How to deal with "cannot move out of borrowed content"

I am learining rust and as an exercise i wanted to implement simple graph dfs and bfs. However i completly stucked with "cannot move out of borrowed content" error.
This is what i already have, it failes inside Iterator implementation

struct Node<T> {
  value: T,
  neighbors: Vec<Node<T>>,

impl <T> Node<T> {
  fn new(value: T) -> Node<T> {
    Node { value, neighbors: Vec::new() }

  fn add_neighbor(&mut self, node: Node<T>) {

struct Dfs<T> {
  root: Node<T>,
  queue: Vec<Node<T>>

impl <T> Dfs<T> {
  fn new(root: Node<T>) -> Dfs<T> {
    Dfs { root, queue: Vec::new() }

impl <T> Iterator for Dfs<T> {
  type Item = T;

  fn next(&mut self) -> Option<T> {
    let current = &mut self.root;
    match current.neighbors.split_first_mut() {
      Some((head, _tail)) => {
        self.root = *head;
      _ => None

fn main() {
  let mut a = Node::new(1);
  let mut b = Node::new(2);
  let mut c = Node::new(3);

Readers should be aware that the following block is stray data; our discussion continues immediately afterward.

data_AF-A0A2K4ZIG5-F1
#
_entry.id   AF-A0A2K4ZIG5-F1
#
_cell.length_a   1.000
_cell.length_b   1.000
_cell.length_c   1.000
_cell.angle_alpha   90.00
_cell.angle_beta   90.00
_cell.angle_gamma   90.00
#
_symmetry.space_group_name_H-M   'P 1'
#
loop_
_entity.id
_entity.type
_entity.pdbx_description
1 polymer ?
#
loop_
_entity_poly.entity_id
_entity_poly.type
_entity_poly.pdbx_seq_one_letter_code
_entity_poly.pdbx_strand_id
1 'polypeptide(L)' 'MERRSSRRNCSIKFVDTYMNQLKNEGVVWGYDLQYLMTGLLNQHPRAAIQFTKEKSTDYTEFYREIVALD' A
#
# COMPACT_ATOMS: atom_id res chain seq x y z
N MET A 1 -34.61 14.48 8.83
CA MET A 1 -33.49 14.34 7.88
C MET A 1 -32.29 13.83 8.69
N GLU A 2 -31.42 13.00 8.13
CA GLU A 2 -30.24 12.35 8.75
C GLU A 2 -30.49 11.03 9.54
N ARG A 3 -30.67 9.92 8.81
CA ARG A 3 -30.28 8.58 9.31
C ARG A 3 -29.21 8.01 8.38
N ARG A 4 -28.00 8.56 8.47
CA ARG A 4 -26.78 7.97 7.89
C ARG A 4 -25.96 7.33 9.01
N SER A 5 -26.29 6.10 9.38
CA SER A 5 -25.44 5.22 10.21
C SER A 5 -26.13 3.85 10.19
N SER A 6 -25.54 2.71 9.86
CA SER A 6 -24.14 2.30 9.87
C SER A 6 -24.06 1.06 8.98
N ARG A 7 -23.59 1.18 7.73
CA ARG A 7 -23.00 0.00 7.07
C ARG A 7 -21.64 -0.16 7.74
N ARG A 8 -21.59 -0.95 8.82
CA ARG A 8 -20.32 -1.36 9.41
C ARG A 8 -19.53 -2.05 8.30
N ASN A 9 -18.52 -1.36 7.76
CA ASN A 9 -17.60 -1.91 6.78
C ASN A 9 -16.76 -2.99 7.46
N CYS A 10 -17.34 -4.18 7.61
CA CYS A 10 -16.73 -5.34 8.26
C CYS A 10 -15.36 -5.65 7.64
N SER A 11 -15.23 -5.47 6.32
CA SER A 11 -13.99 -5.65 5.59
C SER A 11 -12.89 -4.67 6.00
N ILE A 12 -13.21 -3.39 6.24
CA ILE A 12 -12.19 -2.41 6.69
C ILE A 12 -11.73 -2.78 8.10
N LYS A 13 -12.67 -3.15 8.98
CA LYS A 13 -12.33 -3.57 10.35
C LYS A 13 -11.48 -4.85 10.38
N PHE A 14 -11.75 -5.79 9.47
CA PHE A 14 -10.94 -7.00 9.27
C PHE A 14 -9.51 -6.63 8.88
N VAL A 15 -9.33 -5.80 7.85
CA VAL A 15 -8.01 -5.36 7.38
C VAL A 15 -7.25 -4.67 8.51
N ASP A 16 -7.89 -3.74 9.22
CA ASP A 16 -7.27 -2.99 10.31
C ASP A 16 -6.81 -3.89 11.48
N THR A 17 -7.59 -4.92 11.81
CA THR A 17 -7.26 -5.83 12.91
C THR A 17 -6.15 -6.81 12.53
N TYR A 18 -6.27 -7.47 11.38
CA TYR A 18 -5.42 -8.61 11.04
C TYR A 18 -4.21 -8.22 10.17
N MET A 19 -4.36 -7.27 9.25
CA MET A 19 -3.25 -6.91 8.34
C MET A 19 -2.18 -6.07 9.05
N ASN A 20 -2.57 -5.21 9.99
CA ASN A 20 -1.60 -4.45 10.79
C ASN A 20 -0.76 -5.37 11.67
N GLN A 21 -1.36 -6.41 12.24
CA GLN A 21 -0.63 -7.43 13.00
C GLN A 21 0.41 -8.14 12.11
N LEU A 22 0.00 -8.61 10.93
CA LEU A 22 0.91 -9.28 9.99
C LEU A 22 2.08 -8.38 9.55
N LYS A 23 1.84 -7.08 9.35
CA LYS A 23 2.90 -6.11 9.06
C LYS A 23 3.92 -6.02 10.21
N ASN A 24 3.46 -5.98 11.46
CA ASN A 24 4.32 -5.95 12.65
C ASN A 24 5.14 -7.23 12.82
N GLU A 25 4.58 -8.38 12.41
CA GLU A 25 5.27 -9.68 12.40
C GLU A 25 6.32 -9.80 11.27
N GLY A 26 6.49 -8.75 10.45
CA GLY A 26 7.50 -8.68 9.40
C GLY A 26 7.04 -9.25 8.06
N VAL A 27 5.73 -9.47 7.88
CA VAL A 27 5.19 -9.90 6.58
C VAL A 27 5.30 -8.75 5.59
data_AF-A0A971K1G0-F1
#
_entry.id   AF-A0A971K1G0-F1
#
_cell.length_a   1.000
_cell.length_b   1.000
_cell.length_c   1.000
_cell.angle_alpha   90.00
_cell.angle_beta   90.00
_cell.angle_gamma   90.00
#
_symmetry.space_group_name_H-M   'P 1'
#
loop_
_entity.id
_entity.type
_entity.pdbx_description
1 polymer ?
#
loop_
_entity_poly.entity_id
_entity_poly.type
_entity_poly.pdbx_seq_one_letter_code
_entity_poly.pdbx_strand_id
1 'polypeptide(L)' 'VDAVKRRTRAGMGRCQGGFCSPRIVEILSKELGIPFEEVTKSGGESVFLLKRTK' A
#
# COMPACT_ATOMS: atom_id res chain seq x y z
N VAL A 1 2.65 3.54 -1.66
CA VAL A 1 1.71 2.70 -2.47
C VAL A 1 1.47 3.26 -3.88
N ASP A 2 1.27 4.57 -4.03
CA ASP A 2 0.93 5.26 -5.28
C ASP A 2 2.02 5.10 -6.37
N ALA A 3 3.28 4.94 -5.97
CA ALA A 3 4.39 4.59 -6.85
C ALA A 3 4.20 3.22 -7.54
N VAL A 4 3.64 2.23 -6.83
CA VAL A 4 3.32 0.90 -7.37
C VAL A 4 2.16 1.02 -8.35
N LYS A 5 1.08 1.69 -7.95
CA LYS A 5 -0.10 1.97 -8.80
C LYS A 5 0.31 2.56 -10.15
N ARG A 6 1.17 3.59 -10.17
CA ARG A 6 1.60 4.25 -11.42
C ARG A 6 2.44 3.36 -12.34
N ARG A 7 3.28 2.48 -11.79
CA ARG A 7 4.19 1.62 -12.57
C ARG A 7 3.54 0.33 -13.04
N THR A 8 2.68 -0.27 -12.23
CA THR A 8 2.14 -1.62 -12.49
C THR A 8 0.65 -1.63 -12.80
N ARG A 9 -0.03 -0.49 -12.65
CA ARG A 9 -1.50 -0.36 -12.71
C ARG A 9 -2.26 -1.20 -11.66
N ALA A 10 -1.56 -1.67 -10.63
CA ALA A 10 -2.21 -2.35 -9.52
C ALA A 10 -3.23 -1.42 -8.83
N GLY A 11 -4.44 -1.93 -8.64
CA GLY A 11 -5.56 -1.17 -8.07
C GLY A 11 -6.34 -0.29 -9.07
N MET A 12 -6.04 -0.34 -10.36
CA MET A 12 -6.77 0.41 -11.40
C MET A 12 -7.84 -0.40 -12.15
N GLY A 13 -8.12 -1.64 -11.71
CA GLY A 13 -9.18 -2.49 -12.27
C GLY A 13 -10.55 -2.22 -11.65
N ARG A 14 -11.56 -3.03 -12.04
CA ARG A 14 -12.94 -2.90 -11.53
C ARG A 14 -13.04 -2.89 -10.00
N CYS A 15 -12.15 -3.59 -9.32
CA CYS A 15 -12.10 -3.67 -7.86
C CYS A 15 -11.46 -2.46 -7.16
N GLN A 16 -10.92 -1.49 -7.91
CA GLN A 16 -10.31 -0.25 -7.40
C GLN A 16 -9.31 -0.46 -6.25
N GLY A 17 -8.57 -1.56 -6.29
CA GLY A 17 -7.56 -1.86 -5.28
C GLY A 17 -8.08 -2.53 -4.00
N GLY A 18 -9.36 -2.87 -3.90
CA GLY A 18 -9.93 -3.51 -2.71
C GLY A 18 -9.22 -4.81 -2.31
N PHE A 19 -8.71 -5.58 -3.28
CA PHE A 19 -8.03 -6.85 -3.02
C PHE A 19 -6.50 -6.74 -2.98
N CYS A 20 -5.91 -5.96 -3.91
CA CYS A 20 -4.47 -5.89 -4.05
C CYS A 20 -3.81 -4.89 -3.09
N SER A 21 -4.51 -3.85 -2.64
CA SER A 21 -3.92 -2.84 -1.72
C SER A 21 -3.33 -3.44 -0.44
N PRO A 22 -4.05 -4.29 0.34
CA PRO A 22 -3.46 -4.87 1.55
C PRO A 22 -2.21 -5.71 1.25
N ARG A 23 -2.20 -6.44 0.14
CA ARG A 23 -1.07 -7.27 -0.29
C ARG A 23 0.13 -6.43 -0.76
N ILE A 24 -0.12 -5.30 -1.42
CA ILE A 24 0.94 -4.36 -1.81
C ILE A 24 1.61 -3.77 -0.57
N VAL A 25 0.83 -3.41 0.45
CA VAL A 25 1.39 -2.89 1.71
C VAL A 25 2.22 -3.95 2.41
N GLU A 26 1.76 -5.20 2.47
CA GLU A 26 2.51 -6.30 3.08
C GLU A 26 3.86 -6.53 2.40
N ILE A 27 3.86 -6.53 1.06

let d = Node::new(4);
  let e = Node::new(5);
  let f = Node::new(6);



  let mut dfs = Dfs::new(a);

  while let Some(value) = {
    println!("{}", value);

With split_first_mut you are getting two slices of the Vec. Therefore, current.neighbours still owns both head and (the unused) tail. You are trying to steal the ownership, and you could only do that for things like Vec<Option<T>>, using Option::take.

The main problem here is that Dfs is your container object, but you are trying to making it work as Iterator. Generally you need a different struct to handle the iterator behaviour.

IMHO, something like Windows is a good example of how to do that: you have a slice and you need to iterate across it, using a sliding windows of given size. Try to give a look at the code, maybe it makes things a bit clearer on how you should write the code :smiley:

As @dodomorandi mentioned, Dfs should be borrowing the Node; its definition is likely more like:

struct Dfs<'a, T: 'a> {
  root: &'a Node<T>,
  queue: Vec<&'a Node<T>>,

Stackoverflow is your friend :wink: